SPECIAL ANTI-WOBBLING features are being designed into a new railway bridge in Dublin by engineers keen avoid a repetition of the debacle which has kept London's Millennium Bridge closed for almost two years.
Fears of vibration affecting the Taney Bridge in south Dublin have prompted consultant Roughan O'Donovan to include provision for dampers should they be needed.
Although the cable stayed concrete deck structure which will carry one of the light rail Luas lines is entirely different to Arup's Blade of Light over the River Thames, it too could fall foul of complex vibration effects.
Roughan O'Donovan chief bridge engineer Keith Wilson played down the risk, saying:
'The general view is that it won't occur. But if it does, we're not going to be in a position saying 'We've got another wobbling bridge - what are we going to do about it?'' Wobbling - or 'structural excitation' as described by the Millennium Bridge engineers - could be induced in a cable stayed bridge by a combination of wind, rain and train.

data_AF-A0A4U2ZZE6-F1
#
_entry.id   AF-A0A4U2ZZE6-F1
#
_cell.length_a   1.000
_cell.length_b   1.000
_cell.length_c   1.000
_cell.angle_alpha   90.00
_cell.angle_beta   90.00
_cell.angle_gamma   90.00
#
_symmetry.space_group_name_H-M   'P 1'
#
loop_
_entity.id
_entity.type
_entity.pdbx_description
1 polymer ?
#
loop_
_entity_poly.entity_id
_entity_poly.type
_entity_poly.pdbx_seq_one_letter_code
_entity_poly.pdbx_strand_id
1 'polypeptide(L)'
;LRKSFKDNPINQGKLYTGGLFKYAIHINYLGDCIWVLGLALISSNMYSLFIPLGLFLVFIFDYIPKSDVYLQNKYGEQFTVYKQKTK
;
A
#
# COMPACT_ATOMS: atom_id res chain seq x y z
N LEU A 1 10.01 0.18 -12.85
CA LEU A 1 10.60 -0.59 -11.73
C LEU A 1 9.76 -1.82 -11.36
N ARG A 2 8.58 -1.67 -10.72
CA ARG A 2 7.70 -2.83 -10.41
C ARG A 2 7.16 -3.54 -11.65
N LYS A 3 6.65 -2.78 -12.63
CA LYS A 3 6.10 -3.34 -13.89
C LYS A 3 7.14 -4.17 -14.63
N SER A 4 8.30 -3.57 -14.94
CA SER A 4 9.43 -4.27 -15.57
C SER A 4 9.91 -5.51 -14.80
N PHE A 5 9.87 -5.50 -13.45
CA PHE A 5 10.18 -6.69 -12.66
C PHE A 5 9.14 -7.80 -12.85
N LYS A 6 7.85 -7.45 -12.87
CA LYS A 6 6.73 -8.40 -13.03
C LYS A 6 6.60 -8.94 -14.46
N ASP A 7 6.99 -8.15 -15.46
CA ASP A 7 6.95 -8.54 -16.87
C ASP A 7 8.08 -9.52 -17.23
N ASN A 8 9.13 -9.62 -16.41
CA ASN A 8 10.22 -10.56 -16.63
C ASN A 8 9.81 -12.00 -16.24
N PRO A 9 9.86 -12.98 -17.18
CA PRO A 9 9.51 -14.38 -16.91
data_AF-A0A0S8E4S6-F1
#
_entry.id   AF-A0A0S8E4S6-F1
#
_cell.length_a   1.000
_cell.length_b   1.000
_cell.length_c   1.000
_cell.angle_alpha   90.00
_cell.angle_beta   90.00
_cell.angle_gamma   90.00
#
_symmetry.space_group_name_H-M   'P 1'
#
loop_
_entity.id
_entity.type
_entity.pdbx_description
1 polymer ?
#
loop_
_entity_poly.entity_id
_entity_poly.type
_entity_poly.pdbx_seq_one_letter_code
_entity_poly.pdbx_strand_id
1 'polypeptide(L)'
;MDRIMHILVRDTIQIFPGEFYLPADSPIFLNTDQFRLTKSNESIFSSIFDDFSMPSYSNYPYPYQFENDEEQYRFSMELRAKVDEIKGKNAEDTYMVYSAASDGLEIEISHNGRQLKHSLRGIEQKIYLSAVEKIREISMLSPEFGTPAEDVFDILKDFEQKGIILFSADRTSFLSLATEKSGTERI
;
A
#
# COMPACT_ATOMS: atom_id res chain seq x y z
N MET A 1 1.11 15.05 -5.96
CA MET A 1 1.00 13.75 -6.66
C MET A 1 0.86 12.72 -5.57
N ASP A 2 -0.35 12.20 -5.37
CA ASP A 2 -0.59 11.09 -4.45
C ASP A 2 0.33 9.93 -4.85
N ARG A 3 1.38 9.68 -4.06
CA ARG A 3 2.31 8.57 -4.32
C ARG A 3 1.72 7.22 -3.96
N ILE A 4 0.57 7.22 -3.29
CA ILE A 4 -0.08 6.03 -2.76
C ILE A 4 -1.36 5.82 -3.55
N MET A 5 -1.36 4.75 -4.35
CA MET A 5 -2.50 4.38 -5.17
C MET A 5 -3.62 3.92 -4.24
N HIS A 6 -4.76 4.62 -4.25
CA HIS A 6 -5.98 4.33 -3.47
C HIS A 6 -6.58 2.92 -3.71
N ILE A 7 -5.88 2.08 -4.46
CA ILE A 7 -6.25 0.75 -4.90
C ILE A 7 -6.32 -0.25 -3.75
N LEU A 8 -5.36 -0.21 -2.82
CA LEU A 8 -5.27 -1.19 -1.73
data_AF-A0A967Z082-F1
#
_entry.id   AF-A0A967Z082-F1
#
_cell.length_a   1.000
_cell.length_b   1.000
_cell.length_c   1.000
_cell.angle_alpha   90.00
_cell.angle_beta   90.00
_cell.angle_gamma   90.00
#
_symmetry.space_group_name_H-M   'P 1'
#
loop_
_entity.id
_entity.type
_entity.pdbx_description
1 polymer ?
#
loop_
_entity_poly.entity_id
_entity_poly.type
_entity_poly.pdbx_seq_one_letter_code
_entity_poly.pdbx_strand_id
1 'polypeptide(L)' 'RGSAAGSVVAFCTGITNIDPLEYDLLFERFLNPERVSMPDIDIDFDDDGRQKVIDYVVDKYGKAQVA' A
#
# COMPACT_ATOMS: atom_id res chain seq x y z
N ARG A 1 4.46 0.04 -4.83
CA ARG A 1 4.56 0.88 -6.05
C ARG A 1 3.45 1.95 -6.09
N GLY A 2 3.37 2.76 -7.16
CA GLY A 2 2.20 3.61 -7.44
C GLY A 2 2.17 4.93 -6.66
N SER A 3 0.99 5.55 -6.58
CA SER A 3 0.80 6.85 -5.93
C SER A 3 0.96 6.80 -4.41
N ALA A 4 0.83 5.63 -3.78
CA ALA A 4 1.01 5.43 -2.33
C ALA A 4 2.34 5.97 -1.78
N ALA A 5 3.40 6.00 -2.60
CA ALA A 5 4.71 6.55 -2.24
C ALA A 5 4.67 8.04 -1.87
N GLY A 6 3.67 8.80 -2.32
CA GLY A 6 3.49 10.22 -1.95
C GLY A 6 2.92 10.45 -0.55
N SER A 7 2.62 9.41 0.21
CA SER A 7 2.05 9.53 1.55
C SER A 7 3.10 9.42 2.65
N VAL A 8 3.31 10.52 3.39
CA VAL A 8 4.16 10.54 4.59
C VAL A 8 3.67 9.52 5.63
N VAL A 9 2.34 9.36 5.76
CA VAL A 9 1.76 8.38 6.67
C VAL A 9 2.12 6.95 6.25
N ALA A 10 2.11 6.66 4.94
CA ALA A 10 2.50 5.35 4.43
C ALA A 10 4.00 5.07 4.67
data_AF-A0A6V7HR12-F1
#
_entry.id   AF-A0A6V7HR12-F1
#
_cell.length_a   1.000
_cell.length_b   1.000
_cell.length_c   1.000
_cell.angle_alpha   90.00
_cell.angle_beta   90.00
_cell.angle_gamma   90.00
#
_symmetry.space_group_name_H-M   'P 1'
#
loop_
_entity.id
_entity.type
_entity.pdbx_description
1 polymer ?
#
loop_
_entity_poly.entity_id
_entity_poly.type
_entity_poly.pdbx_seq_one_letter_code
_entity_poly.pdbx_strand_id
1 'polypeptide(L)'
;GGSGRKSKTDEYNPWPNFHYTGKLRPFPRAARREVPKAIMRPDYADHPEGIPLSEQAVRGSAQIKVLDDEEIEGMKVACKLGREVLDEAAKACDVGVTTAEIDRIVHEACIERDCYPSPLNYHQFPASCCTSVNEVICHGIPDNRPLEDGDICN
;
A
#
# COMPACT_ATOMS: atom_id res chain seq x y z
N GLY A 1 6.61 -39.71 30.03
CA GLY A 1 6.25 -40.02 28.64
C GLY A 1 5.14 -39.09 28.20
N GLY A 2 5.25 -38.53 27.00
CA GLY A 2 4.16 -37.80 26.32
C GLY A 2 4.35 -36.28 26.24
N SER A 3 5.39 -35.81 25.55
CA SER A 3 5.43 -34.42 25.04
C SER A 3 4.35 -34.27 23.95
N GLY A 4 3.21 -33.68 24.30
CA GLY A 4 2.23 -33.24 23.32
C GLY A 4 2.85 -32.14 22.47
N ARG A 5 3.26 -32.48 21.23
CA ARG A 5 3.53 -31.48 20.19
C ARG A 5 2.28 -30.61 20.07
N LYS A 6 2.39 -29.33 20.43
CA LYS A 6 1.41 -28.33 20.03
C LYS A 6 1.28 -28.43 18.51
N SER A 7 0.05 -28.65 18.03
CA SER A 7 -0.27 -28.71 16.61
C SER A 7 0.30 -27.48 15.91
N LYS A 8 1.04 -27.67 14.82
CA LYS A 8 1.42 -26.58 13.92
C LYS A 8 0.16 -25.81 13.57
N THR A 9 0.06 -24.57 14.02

Small protruding ribs fabricated in the sheaths covering the bridge cables will stop vibration effects from rain, said Wilson.
'But vibration could occur from wind vortex shedding or turbulence, while a passing vehicle could induce a resonant frequency.'
Six dampers on the main 108.5m span can be fitted should the bridge, which also has a pedestrian walkway, start to vibrate excessively.
Because modelling or prediction of the complex interaction of the wind and train-induced vibrations is impossible, engineers will have to wait until the bridge is in service before deciding if dampers are needed.
Dampers can be installed within 2m high, 600mm diameter anti-vandal steel tubes which house the cables at deck level.
'They are like brake pads, and can be clamped to the cables, ' said Wilson. This will prevent excessive movement from being transmitted from deck to cables.